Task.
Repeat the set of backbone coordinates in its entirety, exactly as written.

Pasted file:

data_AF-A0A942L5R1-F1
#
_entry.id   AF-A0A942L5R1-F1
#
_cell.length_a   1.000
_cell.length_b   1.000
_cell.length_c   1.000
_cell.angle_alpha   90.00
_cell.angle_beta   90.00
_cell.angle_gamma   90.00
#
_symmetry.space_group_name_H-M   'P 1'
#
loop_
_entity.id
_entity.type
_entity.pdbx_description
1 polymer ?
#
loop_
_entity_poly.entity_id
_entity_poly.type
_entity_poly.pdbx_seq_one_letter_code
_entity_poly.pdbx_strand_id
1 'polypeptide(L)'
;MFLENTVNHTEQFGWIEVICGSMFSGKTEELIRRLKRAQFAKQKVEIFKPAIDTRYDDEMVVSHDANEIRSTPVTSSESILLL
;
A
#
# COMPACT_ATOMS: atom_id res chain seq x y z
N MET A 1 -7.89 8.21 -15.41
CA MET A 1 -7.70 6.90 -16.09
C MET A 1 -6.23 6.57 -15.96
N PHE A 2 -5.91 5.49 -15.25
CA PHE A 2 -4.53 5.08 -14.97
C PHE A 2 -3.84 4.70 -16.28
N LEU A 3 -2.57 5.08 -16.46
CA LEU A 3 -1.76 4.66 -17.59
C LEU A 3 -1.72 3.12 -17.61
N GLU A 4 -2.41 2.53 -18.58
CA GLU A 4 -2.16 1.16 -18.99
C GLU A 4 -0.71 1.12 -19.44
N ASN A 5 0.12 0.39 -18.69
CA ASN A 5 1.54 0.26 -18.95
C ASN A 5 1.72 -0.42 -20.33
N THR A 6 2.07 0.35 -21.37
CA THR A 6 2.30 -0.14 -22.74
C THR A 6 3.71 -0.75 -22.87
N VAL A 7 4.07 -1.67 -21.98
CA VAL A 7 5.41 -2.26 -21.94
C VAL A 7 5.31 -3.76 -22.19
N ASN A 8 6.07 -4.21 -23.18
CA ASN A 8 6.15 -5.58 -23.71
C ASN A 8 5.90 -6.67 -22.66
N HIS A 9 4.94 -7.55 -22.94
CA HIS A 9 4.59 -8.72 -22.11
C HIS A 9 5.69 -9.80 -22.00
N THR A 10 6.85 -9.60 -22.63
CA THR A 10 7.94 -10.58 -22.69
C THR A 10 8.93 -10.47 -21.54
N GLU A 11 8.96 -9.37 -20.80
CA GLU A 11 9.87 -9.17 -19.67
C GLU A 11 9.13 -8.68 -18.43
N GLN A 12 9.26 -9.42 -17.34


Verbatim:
data_AF-A0A942L5R1-F1
#
_entry.id   AF-A0A942L5R1-F1
#
_cell.length_a   1.000
_cell.length_b   1.000
_cell.length_c   1.000
_cell.angle_alpha   90.00
_cell.angle_beta   90.00
_cell.angle_gamma   90.00
#
_symmetry.space_group_name_H-M   'P 1'
#
loop_
_entity.id
_entity.type
_entity.pdbx_description
1 polymer ?
#
loop_
_entity_poly.entity_id
_entity_poly.type
_entity_poly.pdbx_seq_one_letter_code
_entity_poly.pdbx_strand_id
1 'polypeptide(L)'
;MFLENTVNHTEQFGWIEVICGSMFSGKTEELIRRLKRAQFAKQKVEIFKPAIDTRYDDEMVVSHDANEIRSTPVTSSESILLL
;
A
#
# COMPACT_ATOMS: atom_id res chain seq x y z
N MET A 1 -7.89 8.21 -15.41
CA MET A 1 -7.70 6.90 -16.09
C MET A 1 -6.23 6.57 -15.96
N PHE A 2 -5.91 5.49 -15.25
CA PHE A 2 -4.53 5.08 -14.97
C PHE A 2 -3.84 4.70 -16.28
N LEU A 3 -2.57 5.08 -16.46
CA LEU A 3 -1.76 4.66 -17.59
C LEU A 3 -1.72 3.12 -17.61
N GLU A 4 -2.41 2.53 -18.58
CA GLU A 4 -2.16 1.16 -18.99
C GLU A 4 -0.71 1.12 -19.44
N ASN A 5 0.12 0.39 -18.69
CA ASN A 5 1.54 0.26 -18.95
C ASN A 5 1.72 -0.42 -20.33
N THR A 6 2.07 0.35 -21.37
CA THR A 6 2.30 -0.14 -22.74
C THR A 6 3.71 -0.75 -22.87
N VAL A 7 4.07 -1.67 -21.98
CA VAL A 7 5.41 -2.26 -21.94
C VAL A 7 5.31 -3.76 -22.19
N ASN A 8 6.07 -4.21 -23.18
CA ASN A 8 6.15 -5.58 -23.71
C ASN A 8 5.90 -6.67 -22.66
N HIS A 9 4.94 -7.55 -22.94
CA HIS A 9 4.59 -8.72 -22.11
C HIS A 9 5.69 -9.80 -22.00
N THR A 10 6.85 -9.60 -22.63
CA THR A 10 7.94 -10.58 -22.69
C THR A 10 8.93 -10.47 -21.54
N GLU A 11 8.96 -9.37 -20.80
CA GLU A 11 9.87 -9.17 -19.67
C GLU A 11 9.13 -8.68 -18.43
N GLN A 12 9.26 -9.42 -17.34